God’s righteousness and mercy are not opposites. This background adds decisive weight to the case that God’s justice is restorative, not meritocratic-retributive. This has enormous implications for Christian engagement with economics, education, criminal justice, housing, etc. Conservative Christians in the U.S. tend to believe that meritocratic-retributive justice is the highest form of justice that should exist in the public square. But if God’s justice is restorative, relating to a relational vision, then Christians have an entirely different ethos and directive for public life.

McGrath’s work also adds decisive weight to the case that Jesus’ work of atonement was about restoring and healing human nature from its corrupted state, not about absorbing retributive wrath from God. Again, God’s righteousness and mercy are not opposites. And in order to be righteous, God is not bound to punish every single sinful act — whether now or later, whether the punishment is placed on Jesus or on people. Rather, God demonstrates His righteousness by restoring what needs to be put right, by destroying the corruption of sin in our human nature, and by showing mercy to people.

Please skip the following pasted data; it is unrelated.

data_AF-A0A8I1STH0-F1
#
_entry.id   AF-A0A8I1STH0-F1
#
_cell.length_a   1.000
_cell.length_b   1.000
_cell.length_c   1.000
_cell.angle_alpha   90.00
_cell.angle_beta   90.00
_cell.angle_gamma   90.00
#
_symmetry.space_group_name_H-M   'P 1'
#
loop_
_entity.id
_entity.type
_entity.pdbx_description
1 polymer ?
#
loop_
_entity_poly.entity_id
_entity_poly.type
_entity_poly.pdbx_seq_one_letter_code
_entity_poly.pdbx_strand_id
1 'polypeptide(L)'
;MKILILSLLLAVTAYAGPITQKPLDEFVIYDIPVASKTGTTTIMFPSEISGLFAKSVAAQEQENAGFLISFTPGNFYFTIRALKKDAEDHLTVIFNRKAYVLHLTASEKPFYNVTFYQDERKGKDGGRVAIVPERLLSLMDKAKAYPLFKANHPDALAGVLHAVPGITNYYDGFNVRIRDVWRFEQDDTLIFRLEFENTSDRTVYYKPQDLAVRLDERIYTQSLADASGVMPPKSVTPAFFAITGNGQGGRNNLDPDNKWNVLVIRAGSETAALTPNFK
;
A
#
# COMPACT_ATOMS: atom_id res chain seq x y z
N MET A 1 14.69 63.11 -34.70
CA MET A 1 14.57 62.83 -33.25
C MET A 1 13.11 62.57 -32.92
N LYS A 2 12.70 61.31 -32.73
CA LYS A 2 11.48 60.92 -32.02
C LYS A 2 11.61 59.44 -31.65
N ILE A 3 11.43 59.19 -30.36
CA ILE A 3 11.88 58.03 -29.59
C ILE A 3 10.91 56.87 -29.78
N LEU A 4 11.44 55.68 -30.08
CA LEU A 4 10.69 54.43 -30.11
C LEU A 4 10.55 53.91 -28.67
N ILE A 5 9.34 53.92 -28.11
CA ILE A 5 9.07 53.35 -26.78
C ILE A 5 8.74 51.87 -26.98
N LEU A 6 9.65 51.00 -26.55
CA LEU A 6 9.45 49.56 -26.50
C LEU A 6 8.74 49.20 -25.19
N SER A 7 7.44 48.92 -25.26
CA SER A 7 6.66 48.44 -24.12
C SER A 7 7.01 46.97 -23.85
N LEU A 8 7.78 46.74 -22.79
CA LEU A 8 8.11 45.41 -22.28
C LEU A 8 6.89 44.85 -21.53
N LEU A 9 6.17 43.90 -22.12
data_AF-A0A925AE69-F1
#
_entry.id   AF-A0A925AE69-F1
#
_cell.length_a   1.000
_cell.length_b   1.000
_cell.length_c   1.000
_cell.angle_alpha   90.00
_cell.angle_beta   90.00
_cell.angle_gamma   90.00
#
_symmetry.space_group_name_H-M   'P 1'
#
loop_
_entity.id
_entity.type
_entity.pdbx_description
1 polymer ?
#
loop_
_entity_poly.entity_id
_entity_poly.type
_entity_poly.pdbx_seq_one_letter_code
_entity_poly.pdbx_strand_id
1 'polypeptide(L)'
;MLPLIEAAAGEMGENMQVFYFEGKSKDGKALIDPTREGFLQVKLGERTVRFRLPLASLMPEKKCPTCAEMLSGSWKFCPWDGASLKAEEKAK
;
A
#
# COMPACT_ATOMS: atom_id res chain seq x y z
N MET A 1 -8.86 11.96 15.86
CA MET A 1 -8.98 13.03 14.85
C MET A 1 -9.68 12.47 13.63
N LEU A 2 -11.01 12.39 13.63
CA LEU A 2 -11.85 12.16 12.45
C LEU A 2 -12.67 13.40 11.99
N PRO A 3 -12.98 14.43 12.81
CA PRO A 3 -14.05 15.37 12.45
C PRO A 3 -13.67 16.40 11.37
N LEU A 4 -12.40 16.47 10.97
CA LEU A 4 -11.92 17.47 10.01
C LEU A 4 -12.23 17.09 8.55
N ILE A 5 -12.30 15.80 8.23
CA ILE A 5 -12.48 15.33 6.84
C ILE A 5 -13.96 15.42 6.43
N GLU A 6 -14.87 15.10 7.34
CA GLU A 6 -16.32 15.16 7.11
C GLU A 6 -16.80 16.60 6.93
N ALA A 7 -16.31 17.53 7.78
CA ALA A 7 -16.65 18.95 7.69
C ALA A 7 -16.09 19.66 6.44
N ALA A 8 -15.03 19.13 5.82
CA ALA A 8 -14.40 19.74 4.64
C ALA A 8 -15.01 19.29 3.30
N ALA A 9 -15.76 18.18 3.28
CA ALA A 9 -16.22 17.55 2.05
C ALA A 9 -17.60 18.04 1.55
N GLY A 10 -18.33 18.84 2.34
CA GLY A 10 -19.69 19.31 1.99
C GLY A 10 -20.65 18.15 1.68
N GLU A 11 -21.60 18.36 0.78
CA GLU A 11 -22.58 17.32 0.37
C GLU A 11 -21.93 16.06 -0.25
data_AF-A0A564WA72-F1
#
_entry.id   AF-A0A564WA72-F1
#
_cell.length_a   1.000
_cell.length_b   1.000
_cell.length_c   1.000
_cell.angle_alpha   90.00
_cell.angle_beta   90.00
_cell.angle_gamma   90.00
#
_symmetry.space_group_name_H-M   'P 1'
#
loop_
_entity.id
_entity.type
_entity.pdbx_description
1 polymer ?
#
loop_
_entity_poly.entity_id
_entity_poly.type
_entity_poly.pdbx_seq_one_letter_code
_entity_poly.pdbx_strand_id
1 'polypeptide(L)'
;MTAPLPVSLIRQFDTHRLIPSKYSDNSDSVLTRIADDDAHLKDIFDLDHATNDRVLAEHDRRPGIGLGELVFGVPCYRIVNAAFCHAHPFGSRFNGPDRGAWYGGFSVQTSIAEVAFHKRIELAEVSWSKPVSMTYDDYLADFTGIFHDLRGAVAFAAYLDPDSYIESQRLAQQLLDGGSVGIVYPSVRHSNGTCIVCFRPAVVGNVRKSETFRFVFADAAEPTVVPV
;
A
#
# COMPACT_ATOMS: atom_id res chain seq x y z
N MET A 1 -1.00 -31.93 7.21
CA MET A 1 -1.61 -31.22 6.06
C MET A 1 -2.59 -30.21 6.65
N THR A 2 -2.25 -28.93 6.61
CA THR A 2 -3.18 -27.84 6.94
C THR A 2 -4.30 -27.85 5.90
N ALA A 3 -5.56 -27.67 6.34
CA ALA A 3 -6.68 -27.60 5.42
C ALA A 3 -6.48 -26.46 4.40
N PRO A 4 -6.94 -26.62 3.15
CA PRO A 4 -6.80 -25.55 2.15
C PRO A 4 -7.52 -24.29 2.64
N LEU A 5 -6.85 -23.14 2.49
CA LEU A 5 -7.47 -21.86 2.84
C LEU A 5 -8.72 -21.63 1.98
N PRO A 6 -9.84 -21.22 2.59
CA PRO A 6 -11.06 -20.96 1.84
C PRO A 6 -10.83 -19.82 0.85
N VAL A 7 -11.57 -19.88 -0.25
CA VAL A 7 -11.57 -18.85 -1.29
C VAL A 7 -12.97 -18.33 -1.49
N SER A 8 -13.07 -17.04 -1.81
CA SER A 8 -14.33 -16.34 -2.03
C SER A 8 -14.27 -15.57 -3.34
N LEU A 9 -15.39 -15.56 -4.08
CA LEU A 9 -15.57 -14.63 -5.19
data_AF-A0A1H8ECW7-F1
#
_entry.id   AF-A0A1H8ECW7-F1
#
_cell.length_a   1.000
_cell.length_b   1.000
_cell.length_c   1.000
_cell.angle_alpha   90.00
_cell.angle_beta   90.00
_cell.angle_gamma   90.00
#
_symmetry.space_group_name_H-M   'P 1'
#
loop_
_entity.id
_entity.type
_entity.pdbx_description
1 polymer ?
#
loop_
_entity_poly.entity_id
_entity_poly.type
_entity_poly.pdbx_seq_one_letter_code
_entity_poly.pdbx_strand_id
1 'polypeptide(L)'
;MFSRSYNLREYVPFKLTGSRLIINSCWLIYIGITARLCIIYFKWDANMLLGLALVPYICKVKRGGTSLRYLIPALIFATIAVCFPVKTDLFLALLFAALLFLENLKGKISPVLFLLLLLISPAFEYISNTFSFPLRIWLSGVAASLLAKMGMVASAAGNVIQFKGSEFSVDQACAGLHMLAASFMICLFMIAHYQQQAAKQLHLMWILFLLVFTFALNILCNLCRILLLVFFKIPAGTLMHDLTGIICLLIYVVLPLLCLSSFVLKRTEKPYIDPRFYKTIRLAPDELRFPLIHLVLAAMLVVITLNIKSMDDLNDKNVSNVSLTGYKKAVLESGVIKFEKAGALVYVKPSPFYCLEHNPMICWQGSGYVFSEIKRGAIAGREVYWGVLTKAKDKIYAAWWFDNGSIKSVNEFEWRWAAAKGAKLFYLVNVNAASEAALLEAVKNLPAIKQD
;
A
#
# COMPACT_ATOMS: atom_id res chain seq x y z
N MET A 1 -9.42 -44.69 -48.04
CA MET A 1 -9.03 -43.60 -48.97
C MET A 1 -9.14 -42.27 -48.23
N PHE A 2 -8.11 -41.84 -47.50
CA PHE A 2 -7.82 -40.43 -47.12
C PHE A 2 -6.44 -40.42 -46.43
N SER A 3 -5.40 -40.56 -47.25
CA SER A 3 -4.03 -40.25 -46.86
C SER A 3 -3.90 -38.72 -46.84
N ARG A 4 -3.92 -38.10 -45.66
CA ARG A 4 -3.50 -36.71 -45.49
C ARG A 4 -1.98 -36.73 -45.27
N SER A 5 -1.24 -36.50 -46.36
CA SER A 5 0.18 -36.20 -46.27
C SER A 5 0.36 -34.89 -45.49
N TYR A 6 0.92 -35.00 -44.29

[4] Adonis Vidu, Atonement, Law, and Justice: The Cross in Historical and Cultural Contexts (Grand Rapids, MI: Baker Academic, 2014), p.1 admits,

“It is a well-known fact that patristic reflection on the cross did not usually take the form of a full-fledged theory of penal substitution… While some would like to trace the doctrine of penal substitution precisely as understood by Calvin all the day back to Athanasius, Irenaeus, or Augustine, this is usually done at the cost of grossly distorting their thought.”

This is a significant admission because Vidu himself wishes to argue for, and re-ground, penal substitution.  Vidu examines two patristic sources:  Gregory of Nyssa and Augustine of Hippo.  Unfortunately, he mischaracterizes their teaching on atonement.  Gregory of Nyssa, for example, did not view the ransom-from-the-devil theory as fundamental; he saw it as an effect of the deeper dynamic of the medical-ontological substitutionary atonement.  For evidence from Gregory, see: